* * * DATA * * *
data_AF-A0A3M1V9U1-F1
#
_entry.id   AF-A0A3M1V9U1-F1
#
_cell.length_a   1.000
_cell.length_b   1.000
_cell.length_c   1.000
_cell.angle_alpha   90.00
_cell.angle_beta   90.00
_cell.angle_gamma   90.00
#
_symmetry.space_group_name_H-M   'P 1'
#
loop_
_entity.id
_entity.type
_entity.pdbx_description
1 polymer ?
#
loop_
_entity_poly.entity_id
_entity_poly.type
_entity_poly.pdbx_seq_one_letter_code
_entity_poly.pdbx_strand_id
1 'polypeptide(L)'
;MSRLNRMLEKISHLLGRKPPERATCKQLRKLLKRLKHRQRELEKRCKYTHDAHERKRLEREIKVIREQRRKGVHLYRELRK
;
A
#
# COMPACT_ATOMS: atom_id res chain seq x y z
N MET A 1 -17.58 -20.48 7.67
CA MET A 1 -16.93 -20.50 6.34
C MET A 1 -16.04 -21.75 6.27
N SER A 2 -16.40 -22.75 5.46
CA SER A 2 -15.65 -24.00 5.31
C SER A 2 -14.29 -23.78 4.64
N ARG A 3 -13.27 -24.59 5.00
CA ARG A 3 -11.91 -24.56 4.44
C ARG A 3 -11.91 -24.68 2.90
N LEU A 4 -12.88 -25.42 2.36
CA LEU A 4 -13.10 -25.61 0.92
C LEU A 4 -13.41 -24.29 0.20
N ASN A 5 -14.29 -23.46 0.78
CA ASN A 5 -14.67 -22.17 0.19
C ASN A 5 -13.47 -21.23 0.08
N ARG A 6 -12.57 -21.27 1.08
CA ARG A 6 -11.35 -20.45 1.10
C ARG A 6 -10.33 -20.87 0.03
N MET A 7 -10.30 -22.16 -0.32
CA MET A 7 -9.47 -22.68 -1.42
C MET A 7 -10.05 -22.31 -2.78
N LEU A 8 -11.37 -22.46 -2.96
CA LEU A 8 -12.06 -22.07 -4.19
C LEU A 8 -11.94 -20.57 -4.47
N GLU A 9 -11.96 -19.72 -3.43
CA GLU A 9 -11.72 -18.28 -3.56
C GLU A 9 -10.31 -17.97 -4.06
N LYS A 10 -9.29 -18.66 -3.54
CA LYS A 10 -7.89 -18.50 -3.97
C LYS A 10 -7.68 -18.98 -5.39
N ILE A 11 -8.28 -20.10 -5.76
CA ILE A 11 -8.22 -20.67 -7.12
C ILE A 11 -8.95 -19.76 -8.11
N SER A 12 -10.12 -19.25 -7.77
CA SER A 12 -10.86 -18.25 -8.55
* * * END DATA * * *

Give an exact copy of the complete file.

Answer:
data_AF-A0A3M1V9U1-F1
#
_entry.id   AF-A0A3M1V9U1-F1
#
_cell.length_a   1.000
_cell.length_b   1.000
_cell.length_c   1.000
_cell.angle_alpha   90.00
_cell.angle_beta   90.00
_cell.angle_gamma   90.00
#
_symmetry.space_group_name_H-M   'P 1'
#
loop_
_entity.id
_entity.type
_entity.pdbx_description
1 polymer ?
#
loop_
_entity_poly.entity_id
_entity_poly.type
_entity_poly.pdbx_seq_one_letter_code
_entity_poly.pdbx_strand_id
1 'polypeptide(L)'
;MSRLNRMLEKISHLLGRKPPERATCKQLRKLLKRLKHRQRELEKRCKYTHDAHERKRLEREIKVIREQRRKGVHLYRELRK
;
A
#
# COMPACT_ATOMS: atom_id res chain seq x y z
N MET A 1 -17.58 -20.48 7.67
CA MET A 1 -16.93 -20.50 6.34
C MET A 1 -16.04 -21.75 6.27
N SER A 2 -16.40 -22.75 5.46
CA SER A 2 -15.65 -24.00 5.31
C SER A 2 -14.29 -23.78 4.64
N ARG A 3 -13.27 -24.59 5.00
CA ARG A 3 -11.91 -24.56 4.44
C ARG A 3 -11.91 -24.68 2.90
N LEU A 4 -12.88 -25.42 2.36
CA LEU A 4 -13.10 -25.61 0.92
C LEU A 4 -13.41 -24.29 0.20
N ASN A 5 -14.29 -23.46 0.78
CA ASN A 5 -14.67 -22.17 0.19
C ASN A 5 -13.47 -21.23 0.08
N ARG A 6 -12.57 -21.27 1.08
CA ARG A 6 -11.35 -20.45 1.10
C ARG A 6 -10.33 -20.87 0.03
N MET A 7 -10.30 -22.16 -0.32
CA MET A 7 -9.47 -22.68 -1.42
C MET A 7 -10.05 -22.31 -2.78
N LEU A 8 -11.37 -22.46 -2.96
CA LEU A 8 -12.06 -22.07 -4.19
C LEU A 8 -11.94 -20.57 -4.47
N GLU A 9 -11.96 -19.72 -3.43
CA GLU A 9 -11.72 -18.28 -3.56
C GLU A 9 -10.31 -17.97 -4.06
N LYS A 10 -9.29 -18.66 -3.54
CA LYS A 10 -7.89 -18.50 -3.97
C LYS A 10 -7.68 -18.98 -5.39
N ILE A 11 -8.28 -20.10 -5.76
CA ILE A 11 -8.22 -20.67 -7.12
C ILE A 11 -8.95 -19.76 -8.11
N SER A 12 -10.12 -19.25 -7.77
CA SER A 12 -10.86 -18.25 -8.55